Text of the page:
This is really worth picking up, and far more consistent than your average Schwarz output.
I felt compelled to write a review of this mix as it would be a travesty should the uninitiated, minimal/electro-house connoisseurs of the world pass by what I believe is a seminal mix. I own virtually all the Fabric mixes and this one has stood the test of time in time-honoured fashion as one of the very best. In such exalted company that's high praise indeed. It follows in spirit the tone of the last few mixes which leans towards a more "Germanic" (for want of a better word) sound, selecting tracks borne out of or heavily-influenced by the Berlin labels which are home to the best that house has to offer. The opening 5 or-so tracks, from "Anxiety" to "Bassic" are perfect, you will struggle not to be absorbed by the time the chugging bassline of Bassic drops in to the mix. I could eloborate further but others have done it with far more craft than I can muster now. Suffice to say, this really is one of those rare mixes that IS worth the money, you will go back for more time and again. And to those unfamiliar with the labels on show, this mix should launch you into a glorious journey of self-discovery about the whole scene (a vapid over-used word but apt in this instance) this mix showcases.
I just got this a couple of days ago having signed up as a Fabric member in order to get their releases early, and I have to say this is quite possibly my favourite Fabric CD! Right now I'm listening to it, I was listening all yesterday, tmw I'll be listening to it, it's simply beautiful at times. The last couple of tracks are the ones I'm particularly impressed with, Riton and Kate Wax's. The overall whole is stunning though and I'm now trying to acquire more of Tiefschwarz's material. I recommend this to anyone who may have lost faith in dance music, have a listen and get blown away!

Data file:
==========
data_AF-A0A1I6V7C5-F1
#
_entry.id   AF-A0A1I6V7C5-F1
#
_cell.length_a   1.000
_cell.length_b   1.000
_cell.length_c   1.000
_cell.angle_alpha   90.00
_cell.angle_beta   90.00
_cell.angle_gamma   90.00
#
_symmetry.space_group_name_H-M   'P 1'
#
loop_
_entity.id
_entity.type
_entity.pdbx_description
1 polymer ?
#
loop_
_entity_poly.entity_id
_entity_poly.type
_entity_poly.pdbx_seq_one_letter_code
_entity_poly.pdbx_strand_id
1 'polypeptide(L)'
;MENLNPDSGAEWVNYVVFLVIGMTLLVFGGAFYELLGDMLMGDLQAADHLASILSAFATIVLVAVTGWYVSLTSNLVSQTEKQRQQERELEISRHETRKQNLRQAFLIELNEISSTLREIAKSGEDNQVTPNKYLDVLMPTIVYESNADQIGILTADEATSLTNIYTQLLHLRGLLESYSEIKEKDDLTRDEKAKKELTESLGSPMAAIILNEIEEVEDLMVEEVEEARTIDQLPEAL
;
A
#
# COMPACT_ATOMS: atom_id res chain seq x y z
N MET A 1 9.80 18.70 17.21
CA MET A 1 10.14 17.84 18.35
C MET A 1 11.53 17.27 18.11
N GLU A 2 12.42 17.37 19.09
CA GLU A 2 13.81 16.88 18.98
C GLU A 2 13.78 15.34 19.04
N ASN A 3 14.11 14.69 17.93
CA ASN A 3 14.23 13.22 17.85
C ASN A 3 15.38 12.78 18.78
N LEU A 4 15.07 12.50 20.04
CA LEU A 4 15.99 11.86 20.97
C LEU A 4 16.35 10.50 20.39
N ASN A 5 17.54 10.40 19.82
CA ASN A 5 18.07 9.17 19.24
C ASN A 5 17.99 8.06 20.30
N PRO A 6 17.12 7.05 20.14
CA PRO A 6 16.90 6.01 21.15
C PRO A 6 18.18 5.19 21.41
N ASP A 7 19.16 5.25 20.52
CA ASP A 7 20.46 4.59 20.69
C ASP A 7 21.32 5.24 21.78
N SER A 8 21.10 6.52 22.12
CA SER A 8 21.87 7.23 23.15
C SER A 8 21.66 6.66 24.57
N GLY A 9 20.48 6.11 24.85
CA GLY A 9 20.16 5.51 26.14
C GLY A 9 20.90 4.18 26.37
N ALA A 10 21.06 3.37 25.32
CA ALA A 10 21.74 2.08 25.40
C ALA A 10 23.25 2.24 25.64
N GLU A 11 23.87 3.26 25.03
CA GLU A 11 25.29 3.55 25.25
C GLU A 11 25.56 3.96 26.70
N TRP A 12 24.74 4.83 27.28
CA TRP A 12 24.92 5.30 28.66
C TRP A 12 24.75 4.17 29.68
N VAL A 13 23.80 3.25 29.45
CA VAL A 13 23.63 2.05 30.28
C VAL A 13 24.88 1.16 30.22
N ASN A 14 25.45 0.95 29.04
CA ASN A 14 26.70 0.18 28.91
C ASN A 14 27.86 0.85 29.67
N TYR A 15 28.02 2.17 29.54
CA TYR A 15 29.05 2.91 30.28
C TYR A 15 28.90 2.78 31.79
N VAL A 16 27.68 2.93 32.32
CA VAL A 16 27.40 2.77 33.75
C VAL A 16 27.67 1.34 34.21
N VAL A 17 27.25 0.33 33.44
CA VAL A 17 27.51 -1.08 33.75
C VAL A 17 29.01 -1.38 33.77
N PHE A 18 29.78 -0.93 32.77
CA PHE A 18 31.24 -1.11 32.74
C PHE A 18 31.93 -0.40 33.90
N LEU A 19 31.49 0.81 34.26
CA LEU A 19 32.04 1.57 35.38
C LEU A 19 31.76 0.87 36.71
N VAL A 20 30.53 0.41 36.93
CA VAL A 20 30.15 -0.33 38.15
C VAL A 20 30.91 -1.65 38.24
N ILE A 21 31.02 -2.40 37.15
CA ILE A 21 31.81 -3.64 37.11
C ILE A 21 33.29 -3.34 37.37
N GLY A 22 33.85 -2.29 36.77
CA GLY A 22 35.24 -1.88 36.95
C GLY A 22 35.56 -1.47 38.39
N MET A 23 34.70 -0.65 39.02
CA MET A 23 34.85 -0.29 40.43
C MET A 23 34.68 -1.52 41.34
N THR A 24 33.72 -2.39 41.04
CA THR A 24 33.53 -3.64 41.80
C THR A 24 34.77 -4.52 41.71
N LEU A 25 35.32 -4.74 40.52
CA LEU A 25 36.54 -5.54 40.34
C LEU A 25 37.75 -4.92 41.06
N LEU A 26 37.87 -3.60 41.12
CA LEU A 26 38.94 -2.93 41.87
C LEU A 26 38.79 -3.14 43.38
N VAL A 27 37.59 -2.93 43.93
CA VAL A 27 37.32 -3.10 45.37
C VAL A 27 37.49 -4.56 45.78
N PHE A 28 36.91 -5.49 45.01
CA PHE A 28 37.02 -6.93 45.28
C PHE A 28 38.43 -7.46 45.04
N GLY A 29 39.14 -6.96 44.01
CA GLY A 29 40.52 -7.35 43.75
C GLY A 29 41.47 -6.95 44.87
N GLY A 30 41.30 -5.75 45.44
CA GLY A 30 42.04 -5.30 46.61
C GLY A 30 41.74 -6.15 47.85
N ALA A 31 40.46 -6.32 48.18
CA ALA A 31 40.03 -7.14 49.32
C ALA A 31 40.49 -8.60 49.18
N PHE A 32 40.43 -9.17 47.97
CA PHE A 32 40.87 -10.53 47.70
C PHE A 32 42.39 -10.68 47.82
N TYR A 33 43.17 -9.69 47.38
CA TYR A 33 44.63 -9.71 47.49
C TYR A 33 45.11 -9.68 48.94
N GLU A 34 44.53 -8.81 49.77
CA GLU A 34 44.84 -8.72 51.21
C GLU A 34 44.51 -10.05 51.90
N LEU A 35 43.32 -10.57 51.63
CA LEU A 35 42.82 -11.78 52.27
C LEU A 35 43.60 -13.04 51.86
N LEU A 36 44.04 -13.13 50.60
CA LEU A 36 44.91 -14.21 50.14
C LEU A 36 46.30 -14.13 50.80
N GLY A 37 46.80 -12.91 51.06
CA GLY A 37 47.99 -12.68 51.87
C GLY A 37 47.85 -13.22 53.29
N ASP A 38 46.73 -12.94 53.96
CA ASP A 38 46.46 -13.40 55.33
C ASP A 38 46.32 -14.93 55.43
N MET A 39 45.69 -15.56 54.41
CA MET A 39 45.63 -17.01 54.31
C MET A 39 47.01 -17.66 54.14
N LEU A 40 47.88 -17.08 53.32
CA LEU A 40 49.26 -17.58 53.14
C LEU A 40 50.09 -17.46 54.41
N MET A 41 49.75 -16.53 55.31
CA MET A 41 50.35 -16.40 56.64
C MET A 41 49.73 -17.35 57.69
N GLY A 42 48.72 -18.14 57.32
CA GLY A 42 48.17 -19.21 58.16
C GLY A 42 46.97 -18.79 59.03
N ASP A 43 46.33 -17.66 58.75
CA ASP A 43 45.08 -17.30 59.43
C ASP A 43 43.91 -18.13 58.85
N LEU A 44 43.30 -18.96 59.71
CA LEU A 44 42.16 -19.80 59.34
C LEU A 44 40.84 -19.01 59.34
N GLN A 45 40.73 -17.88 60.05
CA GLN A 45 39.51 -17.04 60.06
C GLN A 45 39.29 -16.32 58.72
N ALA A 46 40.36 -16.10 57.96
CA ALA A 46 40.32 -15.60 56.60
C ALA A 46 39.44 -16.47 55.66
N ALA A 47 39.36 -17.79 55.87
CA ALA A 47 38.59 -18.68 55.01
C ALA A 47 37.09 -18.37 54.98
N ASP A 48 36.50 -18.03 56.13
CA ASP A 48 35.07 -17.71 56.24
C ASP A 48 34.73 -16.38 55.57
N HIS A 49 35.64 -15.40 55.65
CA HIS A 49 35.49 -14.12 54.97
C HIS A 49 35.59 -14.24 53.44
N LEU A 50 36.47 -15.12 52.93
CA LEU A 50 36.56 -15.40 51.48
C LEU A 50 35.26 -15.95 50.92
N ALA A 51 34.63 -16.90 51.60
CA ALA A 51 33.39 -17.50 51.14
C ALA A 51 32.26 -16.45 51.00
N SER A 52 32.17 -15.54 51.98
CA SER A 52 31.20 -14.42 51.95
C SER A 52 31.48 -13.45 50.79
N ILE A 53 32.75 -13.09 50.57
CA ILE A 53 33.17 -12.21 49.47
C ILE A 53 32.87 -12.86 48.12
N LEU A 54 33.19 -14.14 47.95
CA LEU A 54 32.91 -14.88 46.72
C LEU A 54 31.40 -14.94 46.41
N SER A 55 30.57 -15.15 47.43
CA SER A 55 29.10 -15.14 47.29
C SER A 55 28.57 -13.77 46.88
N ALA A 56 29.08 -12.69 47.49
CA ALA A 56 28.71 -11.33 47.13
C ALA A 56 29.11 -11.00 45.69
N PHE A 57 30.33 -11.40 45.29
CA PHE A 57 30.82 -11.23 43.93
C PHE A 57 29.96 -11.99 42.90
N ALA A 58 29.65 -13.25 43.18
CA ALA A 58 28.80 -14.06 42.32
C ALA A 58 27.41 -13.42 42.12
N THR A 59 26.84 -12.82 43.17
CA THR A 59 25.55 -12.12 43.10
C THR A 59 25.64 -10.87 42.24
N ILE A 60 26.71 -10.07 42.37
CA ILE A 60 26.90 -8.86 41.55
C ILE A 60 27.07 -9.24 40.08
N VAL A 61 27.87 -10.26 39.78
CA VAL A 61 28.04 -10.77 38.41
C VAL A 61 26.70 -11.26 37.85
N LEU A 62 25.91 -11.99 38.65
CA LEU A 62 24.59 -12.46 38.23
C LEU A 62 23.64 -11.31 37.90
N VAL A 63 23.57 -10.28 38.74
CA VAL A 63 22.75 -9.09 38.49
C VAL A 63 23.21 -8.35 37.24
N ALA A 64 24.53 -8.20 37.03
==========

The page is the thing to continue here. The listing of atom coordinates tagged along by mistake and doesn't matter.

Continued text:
Ignore track 3 (annoying soulful WHITE female singing!), which, ironically, is Tiefschwarz' own!!!! It's (in my opinion) THE most misplaced track EVER, EVER! BUT, the rest of the cd is what you're looking for. Trust me, it's THE druggy tech house mix you've been looking for. Dark? Of course. But that's what we want, eh?
Its been quite a journey with Tiefschwarz. I remember picking up the rather well-received Ral9000 on Derrick Carter's top Classic imprint half expecting some obscure German-esque bleepy techno with a name like that. What I did in fact end up with was one hell of an amazing summery deep house album (particularly recommended in vinyl form for the additional tracks and alternate versions).
As time has progressed, Tiefschwarz have evolved towards a more electronic sound, stepping deftly through the electro house period where they could easily be aligned with the likes of Freeform Five and Mylo, up to the slightly less standard, trippier sound that is emanating from Berlin.
I wasn't overly wowed by the Misch Masch mix compilation bar the lovely collection of Tiefschwarz remixes that came on the second CD, and the Ral9000 follow-up Eat Books just didn't register at all with me. However, after the recent Essential Mix and now this playing through my headphones, I'm pretty impressed with where we have ended up.
There is the odd occasion of the mixing style ever so slightly letting the duo down for my own personal taste, but this is hugely overshadowed by an absolutely A* track selection. I've found myself wanting to track down every track on this mix ... and absorb everything made by the makers of such wonderful electronic music. After the disappointing dullathon from Mathew Dear, this is a real treat. The tracks flurry around the edges of dark minimal, blissed out electro and brooding progressive, all picked with a real connoisseurs touch to absolutely tickle the ears.
Really good this, well worth investing in and also trawling the net to discover a copy of their Essential Mix too.